Having a child or teenager who needs surgery or hospitalization for treatment is tremendously stressful for any mother, but may be even more so for single mothers who have little or no support in their communities. Advocacy groups may be so caught up in raising awareness and funding research that they don't realize how important a service it could be to provide a circle of support for moms in temporary or chronic crisis situations.
Of course any mother can have a problem finding a friend or relative to accompany them while her son or daughter is undergoing a procedure, whether due to school and work schedules or other responsibilities. Very often it does not occur to the mother of a child with a chronic illness or other ongoing disability that she should ask for or accept support when it is offered.
Recently a young mother I met through Facebook posted a snapshot of the surgery waiting room tracking screen with patient PIN numbers showing the transition from check-in, to treatment or surgery, and then recovery. It has been a little over a year since I have stared at one of those screens but her photo brought me right back to that day. I took snapshots of the screen in our local hospital. I was so grateful for that innovation. The least bit of information connecting us to our children when we cannot be with them during medical procedures is something to hold onto while we wait.
I had been calm and encouraging as I waited with my son and spoke with the anesthesiologist in pre-op, but when the surgery staff wheeled him into the elevator I felt completely overwhelmed. Of course I pulled myself together so I did not distress the staff, and walked out to the lobby so I could stare at that screen. Everyone else waited in pairs or trios except me. It struck me that I now understood the discomfort of single diners at restaurants asking for and sitting at a table for one. It was not just that there was no one there for me, but that I was the only one there for my son.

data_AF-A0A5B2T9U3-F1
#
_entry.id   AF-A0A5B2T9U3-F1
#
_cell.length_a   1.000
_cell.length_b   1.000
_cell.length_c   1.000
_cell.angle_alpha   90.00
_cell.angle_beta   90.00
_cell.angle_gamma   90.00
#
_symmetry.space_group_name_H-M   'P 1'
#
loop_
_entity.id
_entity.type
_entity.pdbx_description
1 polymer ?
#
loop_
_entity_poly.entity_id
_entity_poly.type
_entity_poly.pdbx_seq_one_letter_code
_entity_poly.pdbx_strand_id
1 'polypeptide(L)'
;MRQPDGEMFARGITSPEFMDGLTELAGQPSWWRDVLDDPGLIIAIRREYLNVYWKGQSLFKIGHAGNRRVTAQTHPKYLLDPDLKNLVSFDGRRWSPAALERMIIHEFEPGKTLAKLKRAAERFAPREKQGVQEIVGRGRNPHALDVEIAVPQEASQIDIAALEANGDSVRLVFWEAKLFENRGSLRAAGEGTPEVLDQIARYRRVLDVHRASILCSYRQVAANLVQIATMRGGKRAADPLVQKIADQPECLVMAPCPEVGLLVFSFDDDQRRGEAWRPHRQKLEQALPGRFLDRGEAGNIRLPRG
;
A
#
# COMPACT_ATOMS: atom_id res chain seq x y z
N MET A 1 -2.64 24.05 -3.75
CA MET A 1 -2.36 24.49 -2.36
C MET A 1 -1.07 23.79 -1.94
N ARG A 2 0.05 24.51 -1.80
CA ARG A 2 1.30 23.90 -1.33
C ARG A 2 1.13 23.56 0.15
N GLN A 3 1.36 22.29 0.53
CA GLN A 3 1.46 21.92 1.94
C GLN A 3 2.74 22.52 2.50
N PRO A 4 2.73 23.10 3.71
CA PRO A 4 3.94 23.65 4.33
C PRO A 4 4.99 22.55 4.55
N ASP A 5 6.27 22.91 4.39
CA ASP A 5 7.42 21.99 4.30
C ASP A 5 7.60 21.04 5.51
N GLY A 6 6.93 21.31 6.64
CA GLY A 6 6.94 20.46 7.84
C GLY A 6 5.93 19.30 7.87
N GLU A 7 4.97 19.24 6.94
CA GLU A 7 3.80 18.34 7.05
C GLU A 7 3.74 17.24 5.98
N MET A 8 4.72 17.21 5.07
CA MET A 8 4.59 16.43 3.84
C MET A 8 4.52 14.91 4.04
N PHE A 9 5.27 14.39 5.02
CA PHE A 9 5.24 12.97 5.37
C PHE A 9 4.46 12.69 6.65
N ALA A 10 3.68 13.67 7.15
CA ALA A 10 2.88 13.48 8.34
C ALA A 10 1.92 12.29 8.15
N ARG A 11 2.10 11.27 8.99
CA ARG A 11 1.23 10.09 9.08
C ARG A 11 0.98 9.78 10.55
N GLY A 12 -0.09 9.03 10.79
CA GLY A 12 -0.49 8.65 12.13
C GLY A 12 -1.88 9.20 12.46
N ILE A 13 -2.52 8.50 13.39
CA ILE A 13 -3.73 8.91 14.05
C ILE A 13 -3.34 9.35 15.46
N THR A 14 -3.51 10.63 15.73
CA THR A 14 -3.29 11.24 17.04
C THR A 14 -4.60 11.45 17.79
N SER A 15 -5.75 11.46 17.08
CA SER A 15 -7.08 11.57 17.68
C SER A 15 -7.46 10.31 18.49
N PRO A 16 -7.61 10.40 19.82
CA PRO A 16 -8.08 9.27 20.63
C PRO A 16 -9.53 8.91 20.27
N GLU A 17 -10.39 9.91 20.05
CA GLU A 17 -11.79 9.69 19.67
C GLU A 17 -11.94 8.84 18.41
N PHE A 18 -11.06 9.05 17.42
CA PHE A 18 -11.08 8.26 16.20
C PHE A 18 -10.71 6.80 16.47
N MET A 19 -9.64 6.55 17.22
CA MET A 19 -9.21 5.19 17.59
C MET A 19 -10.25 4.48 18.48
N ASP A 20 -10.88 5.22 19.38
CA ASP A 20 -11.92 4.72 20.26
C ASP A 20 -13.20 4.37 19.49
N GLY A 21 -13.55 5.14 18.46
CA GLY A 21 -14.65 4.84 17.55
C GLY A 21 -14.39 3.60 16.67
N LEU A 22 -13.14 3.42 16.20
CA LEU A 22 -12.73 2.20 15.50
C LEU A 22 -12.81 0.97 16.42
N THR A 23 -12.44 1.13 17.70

I was determined to act like a strong and confident person would act, if only to reduce the stress on other people going through their particular hell in the surgery waiting room. I would find his number on the board, pace a bit, return to casually glance at the screen; walk away to send a text message update to friends who had no idea he was in surgery; strolled back to study the screen. Not one time could I remember and find my son's PIN number as I first walked up.
I bought something from the gift shop I found on the other side of the lobby waterwall, and then hurried back to the screen. He was still in surgery. For the extra half hour past the estimate I was told his procedure would take I stood right there within five yards of the display willing the screen to change. When it changed I could not find his PIN on the board at all. I hurried over to the information desk, where they told me he was just in the first recovery room.
They gave me a pager to let me know when he was in the second recovery room where I could stay with him. So I stood my post and stared at the screen and checked the pager five or six times a minute. I have no idea how long my time in that level of purgatory happened to be. At some point the surgeon came out and told me things that were frightening and might have been meant to be reassuring. I remember the scary parts but the rest sounded like adults talking in a Peanuts TV special. Wah wah wah. Wah wah wah wah. I might have said "You are an excellent surgeon and you did a very good job. Thank you." Or I might have just said, "Hmmmm. Mmm. Oh. Uh huh."
I don't know what other mothers do to prepare for surgery or hospital procedures that strand them in waiting rooms watching that screen. I have been packing and replenishing hospital ready bags since my son developed diabetes when he was seven. Over the years the contents have changed through experience. My son used to have a heartier level of support from individuals who were there for one or both of us. Some walked away and several relocated, and with more experience I had greater expectations of taking care of everything myself.
But when I saw that waiting room screen in a photo on another mother's Facebook wall I realized there are more events we should not withstand alone than I ever expected. In a surgery waiting room, maybe every mother is a single mom. It is so important for us to support one another and be there for every single mom, especially when there is nothing for us to do but wait. Even when nothing goes terribly wrong, the strongest and most resilient mothers should have someone standing by.
Browse at your local bookstore, public library or online retailer for this fascinating book: Gifts 2: How People with Down Syndrome Enrich the World or its companion, Gifts: Mothers Reflect on How Children with Down Syndrome Enrich Their Lives.